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More than half of Americans support vaccine passports for flying, large crowds: poll

More than half of Americans support vaccine passports for flying, large crowds: poll
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More than half of Americans support requiring vaccine passports for proof to travel by airplane and attend events with large crowds, according to a Gallup poll released Friday.

The survey found that 57 percent of Americans would favor proof of vaccination for traveling by airplane, while 43 percent said they would oppose such a measure.

Fifty-five percent of respondents said they favored requiring vaccine passports for attending events that have large crowds — like sporting events or concerts — compared to 45 percent who said they were opposed.

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However, 60 percent of those surveyed said they are opposed to requiring vaccine passports for dining in at a restaurant, and 55 percent opposed requiring proof of vaccination to go to work. Fifty-six percent opposed such proof for staying in a hotel.

The survey comes as the U.S. moves to return fully vaccinated Americans to normal life after more than a year of dealing with COVID-19 restrictions.

The Centers for Disease Control and Prevention (CDC) said in early April that fully vaccinated people can safely travel but should still wear masks. The agency has also said it is safe for people to be outside without a mask, but in small groups.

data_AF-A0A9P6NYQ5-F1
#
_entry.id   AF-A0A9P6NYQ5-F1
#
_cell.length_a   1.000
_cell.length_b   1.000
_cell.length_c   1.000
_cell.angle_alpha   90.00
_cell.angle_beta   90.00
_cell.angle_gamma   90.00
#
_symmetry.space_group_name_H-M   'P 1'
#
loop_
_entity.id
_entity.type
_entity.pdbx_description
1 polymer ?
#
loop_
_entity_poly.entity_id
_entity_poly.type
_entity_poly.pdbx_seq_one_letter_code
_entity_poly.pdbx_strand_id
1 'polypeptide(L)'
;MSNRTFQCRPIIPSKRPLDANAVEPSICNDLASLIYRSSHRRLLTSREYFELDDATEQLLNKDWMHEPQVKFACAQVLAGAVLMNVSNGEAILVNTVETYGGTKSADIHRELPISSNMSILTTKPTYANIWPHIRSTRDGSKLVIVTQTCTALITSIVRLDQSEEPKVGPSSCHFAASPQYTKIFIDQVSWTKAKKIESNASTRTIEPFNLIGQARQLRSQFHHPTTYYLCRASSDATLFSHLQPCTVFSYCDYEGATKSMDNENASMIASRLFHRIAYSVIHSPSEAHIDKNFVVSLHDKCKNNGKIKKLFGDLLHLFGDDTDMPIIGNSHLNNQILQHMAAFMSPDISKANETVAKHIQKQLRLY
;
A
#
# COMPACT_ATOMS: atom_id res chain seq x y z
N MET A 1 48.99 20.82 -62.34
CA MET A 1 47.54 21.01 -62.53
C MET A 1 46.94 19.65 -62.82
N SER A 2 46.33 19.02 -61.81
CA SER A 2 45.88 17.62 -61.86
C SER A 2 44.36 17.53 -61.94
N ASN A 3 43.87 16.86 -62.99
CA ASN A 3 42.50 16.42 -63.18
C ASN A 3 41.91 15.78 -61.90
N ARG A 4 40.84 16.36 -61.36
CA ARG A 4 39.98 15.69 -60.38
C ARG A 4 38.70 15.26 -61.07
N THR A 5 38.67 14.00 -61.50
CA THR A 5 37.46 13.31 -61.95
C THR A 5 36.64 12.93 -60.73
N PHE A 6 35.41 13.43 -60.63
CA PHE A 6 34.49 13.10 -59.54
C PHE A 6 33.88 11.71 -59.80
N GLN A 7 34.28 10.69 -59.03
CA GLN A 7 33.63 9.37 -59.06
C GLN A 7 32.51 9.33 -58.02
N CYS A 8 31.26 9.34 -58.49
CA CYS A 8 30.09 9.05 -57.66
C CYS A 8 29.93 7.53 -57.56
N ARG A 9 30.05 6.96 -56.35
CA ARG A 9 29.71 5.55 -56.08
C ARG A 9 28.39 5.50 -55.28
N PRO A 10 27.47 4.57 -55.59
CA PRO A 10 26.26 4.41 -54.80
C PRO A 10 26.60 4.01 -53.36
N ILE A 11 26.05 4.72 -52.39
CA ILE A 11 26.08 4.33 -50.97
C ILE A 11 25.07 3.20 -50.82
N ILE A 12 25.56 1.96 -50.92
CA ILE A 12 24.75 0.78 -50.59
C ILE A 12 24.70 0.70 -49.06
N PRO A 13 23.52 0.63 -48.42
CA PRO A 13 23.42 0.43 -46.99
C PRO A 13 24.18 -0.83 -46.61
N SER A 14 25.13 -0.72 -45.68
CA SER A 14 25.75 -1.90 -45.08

The European Union is also allowing fully vaccinated North Americans to travel to the region.

Conservatives have railed against the concept of vaccine passports, arguing that such proof interferes with a personal choice of whether to get the vaccine. Several GOP-led states have moved to limit their use.

Gallup’s poll, for instance, found that no more than 28 percent of Republicans supported vaccine passports for any of the five activities asked.

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The Iowa legislature has approved a bill limiting the use of vaccine passports, which Gov. Kim Reynolds (R) is likely to sign. Texas Gov. Greg Abbott (R) and Florida Gov. Ron DeSantisRon DeSantisSunday shows preview: Biden foreign policy in focus as Dem tensions boil up back home Demings raises million after announcing Senate bid against Rubio Florida Board of Education bans critical race theory MORE (R) have also issued orders barring vaccine passports.

The White House has said that the federal government would not get involved in mandating any sort of proof.

Gallup surveyed 3,731 adults aged 18 and older from April 19 to 25. The poll has a margin of error of plus or minus 2 percentage points.